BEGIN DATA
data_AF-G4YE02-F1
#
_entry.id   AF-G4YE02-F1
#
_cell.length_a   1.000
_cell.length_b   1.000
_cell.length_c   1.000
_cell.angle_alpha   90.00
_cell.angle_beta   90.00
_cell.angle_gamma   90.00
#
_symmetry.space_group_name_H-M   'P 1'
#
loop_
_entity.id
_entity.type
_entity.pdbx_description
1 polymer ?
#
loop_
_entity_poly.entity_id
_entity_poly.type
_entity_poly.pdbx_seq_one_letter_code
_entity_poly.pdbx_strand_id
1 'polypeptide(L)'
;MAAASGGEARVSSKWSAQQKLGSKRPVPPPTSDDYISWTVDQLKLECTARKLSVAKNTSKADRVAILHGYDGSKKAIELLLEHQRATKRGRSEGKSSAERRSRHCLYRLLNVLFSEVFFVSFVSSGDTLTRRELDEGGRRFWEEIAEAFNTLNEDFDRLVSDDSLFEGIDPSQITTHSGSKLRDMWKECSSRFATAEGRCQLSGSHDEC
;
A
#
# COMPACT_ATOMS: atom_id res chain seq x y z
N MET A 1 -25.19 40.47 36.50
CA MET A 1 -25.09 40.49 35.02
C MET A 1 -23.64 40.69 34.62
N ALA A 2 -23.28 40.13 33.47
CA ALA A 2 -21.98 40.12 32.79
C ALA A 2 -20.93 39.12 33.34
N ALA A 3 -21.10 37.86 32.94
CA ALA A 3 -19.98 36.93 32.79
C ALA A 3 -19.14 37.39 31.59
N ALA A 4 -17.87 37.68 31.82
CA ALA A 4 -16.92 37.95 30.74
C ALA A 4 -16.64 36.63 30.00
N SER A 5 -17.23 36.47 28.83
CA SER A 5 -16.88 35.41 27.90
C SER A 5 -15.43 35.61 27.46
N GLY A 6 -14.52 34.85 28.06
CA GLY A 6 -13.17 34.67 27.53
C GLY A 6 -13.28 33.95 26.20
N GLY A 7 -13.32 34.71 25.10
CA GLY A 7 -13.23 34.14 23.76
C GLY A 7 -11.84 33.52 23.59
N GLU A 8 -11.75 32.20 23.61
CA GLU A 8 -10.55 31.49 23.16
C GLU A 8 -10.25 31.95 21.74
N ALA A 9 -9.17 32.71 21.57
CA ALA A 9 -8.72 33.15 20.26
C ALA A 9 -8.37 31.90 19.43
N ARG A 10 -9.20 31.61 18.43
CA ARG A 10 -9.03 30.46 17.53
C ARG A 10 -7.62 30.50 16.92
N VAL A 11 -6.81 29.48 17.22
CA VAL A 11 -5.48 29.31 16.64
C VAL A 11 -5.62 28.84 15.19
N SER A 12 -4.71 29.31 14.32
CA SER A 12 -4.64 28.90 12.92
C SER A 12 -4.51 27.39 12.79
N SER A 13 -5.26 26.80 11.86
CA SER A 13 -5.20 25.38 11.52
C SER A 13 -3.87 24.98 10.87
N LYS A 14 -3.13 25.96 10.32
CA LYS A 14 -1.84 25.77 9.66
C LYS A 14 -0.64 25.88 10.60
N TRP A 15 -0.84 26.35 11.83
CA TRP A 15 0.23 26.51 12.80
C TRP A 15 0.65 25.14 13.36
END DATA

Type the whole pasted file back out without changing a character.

data_AF-G4YE02-F1
#
_entry.id   AF-G4YE02-F1
#
_cell.length_a   1.000
_cell.length_b   1.000
_cell.length_c   1.000
_cell.angle_alpha   90.00
_cell.angle_beta   90.00
_cell.angle_gamma   90.00
#
_symmetry.space_group_name_H-M   'P 1'
#
loop_
_entity.id
_entity.type
_entity.pdbx_description
1 polymer ?
#
loop_
_entity_poly.entity_id
_entity_poly.type
_entity_poly.pdbx_seq_one_letter_code
_entity_poly.pdbx_strand_id
1 'polypeptide(L)'
;MAAASGGEARVSSKWSAQQKLGSKRPVPPPTSDDYISWTVDQLKLECTARKLSVAKNTSKADRVAILHGYDGSKKAIELLLEHQRATKRGRSEGKSSAERRSRHCLYRLLNVLFSEVFFVSFVSSGDTLTRRELDEGGRRFWEEIAEAFNTLNEDFDRLVSDDSLFEGIDPSQITTHSGSKLRDMWKECSSRFATAEGRCQLSGSHDEC
;
A
#
# COMPACT_ATOMS: atom_id res chain seq x y z
N MET A 1 -25.19 40.47 36.50
CA MET A 1 -25.09 40.49 35.02
C MET A 1 -23.64 40.69 34.62
N ALA A 2 -23.28 40.13 33.47
CA ALA A 2 -21.98 40.12 32.79
C ALA A 2 -20.93 39.12 33.34
N ALA A 3 -21.10 37.86 32.94
CA ALA A 3 -19.98 36.93 32.79
C ALA A 3 -19.14 37.39 31.59
N ALA A 4 -17.87 37.68 31.82
CA ALA A 4 -16.92 37.95 30.74
C ALA A 4 -16.64 36.63 30.00
N SER A 5 -17.23 36.47 28.83
CA SER A 5 -16.88 35.41 27.90
C SER A 5 -15.43 35.61 27.46
N GLY A 6 -14.52 34.85 28.06
CA GLY A 6 -13.17 34.67 27.53
C GLY A 6 -13.28 33.95 26.20
N GLY A 7 -13.32 34.71 25.10
CA GLY A 7 -13.23 34.14 23.76
C GLY A 7 -11.84 33.52 23.59
N GLU A 8 -11.75 32.20 23.61
CA GLU A 8 -10.55 31.49 23.16
C GLU A 8 -10.25 31.95 21.74
N ALA A 9 -9.17 32.71 21.57
CA ALA A 9 -8.72 33.15 20.26
C ALA A 9 -8.37 31.90 19.43
N ARG A 10 -9.20 31.61 18.43
CA ARG A 10 -9.03 30.46 17.53
C ARG A 10 -7.62 30.50 16.92
N VAL A 11 -6.81 29.48 17.22
CA VAL A 11 -5.48 29.31 16.64
C VAL A 11 -5.62 28.84 15.19
N SER A 12 -4.71 29.31 14.32
CA SER A 12 -4.64 28.90 12.92
C SER A 12 -4.51 27.39 12.79
N SER A 13 -5.26 26.80 11.86
CA SER A 13 -5.20 25.38 11.52
C SER A 13 -3.87 24.98 10.87
N LYS A 14 -3.13 25.96 10.32
CA LYS A 14 -1.84 25.77 9.66
C LYS A 14 -0.64 25.88 10.60
N TRP A 15 -0.84 26.35 11.83
CA TRP A 15 0.23 26.51 12.80
C TRP A 15 0.65 25.14 13.36